This is nothing but an easy-to-capture opportunity that startups can use to increase their cash inflows and widen their spectrum of investors.

Minimum viable product

Minimum viable product, or MVP, is a low-cost lightweight prototype of a company’s product that is used to learn more about its potential to sell in the market. Companies use this strategy to decide before they start mass manufacturing the product.

Open-end fund

This is basically a mutual fund that sells as many shares as an investor requires on demand. Any given increase in the cash flows for a company will allow the fund to grow. If the fund experiences any outflow of cash, the number of outstanding shares decreases. These are usually open to investors who have been associated with a certain company for a long time.

Pre-money valuation

A very common term used in private equity or in venture capital industries, it refers to the valuation of a company or an asset before the investment is made.

Post-money valuation

Post-money valuation is the company’s valuation after inflows of capital are added to the balance sheet. This addition to the funds and investments from venture capitalists or angel investors has been included for the valuation.

Recapitalisation

This is when a company decides to revamp its capital structure. It involves the corporate reogranisation of the company’s proportion of equity and debt financing.

Return on investment

Usually used for personal financial decisions, the return on investment is used to compare a company’s performance in terms of the profitability with the efficiency of the different investments. It is usually expressed in terms of percentage.

Pivot

A startup begins to pivot when they want use their existing tech and resources for an entirely different process. This includes doing business in different market segments.

Runway

Runway is the time period that is anticipated for the funds to last supporting the business.

SaaS

SaaS (Software as a Service) is a business model which involves selling subscriptions to use software which is the primary product or service of the company.

Seed capital

Seed capital is a form of securities offering that brings an investor to invest capital in exchange for an equity stake in a company. This usually takes place in the initial stages of the company.

Series A, B, C, and D rounds

These rounds take place in the developmental stages of a startup for the purpose of raising capital. Such rounds are based on the maturity level of the business, potential investors who take an interest, the purpose for raising capital, and how it is allocated. These rounds are vital steps that are required to turn a startup with a profitable idea onto a successful global company.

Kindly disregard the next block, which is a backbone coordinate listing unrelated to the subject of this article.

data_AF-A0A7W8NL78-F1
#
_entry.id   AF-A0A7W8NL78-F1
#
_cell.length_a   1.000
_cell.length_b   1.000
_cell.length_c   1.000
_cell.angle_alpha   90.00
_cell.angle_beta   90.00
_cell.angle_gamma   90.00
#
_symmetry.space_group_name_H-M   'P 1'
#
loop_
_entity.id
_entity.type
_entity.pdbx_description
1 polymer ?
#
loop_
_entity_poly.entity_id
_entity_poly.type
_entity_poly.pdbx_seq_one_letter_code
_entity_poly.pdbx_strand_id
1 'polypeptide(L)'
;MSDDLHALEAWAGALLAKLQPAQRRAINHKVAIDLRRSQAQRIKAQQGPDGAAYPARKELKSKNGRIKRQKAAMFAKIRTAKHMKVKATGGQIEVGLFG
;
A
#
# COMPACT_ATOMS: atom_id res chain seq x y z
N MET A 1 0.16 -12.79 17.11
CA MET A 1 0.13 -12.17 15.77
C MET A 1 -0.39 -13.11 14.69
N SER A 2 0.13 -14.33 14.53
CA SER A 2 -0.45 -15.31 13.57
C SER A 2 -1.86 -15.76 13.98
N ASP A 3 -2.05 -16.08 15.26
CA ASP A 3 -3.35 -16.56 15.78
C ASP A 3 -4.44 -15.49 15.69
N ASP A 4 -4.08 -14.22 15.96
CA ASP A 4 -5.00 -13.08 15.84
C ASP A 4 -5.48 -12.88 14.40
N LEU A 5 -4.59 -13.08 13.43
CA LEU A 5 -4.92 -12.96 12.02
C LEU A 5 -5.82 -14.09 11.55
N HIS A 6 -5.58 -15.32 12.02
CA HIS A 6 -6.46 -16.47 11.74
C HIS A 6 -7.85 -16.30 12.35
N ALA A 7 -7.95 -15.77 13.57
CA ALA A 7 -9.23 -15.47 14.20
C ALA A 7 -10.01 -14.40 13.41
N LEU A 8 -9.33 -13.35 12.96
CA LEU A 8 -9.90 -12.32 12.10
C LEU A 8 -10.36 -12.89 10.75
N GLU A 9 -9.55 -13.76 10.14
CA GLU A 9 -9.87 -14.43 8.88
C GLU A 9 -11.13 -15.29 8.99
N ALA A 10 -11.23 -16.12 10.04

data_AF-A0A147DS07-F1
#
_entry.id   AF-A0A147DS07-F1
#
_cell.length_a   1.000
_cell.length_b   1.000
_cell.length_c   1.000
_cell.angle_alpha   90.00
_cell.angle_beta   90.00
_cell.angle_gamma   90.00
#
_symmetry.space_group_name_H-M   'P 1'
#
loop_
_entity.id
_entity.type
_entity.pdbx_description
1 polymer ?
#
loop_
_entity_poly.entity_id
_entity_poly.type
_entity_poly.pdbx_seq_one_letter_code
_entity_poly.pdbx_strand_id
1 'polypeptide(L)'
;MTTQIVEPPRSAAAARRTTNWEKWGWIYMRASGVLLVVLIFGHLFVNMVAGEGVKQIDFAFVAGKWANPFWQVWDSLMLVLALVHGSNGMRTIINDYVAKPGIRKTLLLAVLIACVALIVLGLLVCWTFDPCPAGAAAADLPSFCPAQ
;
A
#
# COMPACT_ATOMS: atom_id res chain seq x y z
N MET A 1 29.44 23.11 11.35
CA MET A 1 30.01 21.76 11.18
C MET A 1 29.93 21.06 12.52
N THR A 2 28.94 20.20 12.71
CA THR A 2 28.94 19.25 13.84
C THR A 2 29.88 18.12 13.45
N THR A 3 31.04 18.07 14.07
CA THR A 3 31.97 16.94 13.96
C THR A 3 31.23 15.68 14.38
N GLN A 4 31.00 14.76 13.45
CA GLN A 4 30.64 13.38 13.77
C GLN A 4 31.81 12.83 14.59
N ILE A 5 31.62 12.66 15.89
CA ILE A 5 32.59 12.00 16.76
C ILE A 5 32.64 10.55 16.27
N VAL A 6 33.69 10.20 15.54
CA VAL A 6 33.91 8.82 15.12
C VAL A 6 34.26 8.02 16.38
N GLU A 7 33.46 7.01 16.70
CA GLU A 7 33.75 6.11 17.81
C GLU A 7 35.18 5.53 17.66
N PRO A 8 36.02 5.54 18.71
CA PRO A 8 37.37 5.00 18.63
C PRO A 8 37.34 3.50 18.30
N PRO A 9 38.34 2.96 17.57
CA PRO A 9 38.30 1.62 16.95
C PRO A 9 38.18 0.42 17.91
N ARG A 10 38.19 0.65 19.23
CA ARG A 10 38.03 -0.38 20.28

Series A rounds of funding are basically meant for the optimisation of the product or the user base of a certain startup. It builds on plans that aim at reaping long term capital to push a potential profit generating idea.

Series B rounds of funding are focused on advancing a business beyond the development stage by expanding the company’s market reach. At this stage, venture capitalists who are investing make a huge call on the business plans as they invest in the startups.

Series C rounds of funding aim at scaling up. There is a substantial inflow of capital to up the returns in case a startup is performing well. At this stage, several investors rooting for a certain startup contribute funds to tackle competitors; several acquisitions and acqui-hires take place.

Sweat equity

Sweat equity is the equity percentage that a startup gives to a person for his or her hard work in the company. This is a motivating incentive that can be used in talent acquisition, and in motivating the existing employee base.

Traction

Traction refers to the proof that consumers are actually engaging in the business by using the product or service.

Term sheet

A term sheet is a document which denotes the percentage of ownership and the voting rights the investors are subject to for contributing to the funds of a business.

Unicorn list

A startup company that is valued at over $1 billion is called a unicorn. The term for those startups that are valued over $10 billion is ‘decacorn’, and ‘hectacorn’ is for those startups that are valued over $100 billion.

Unit economics

Unit economics refers to the direct revenues and costs anticipated in a particular business model on a per unit basis. The term ‘unit’ here refers to a single user or consumer involved in contributing to the revenue of the business.

Value prop

Value prop refers to that one unique feature of your business, product, or service that attracts consumers or users.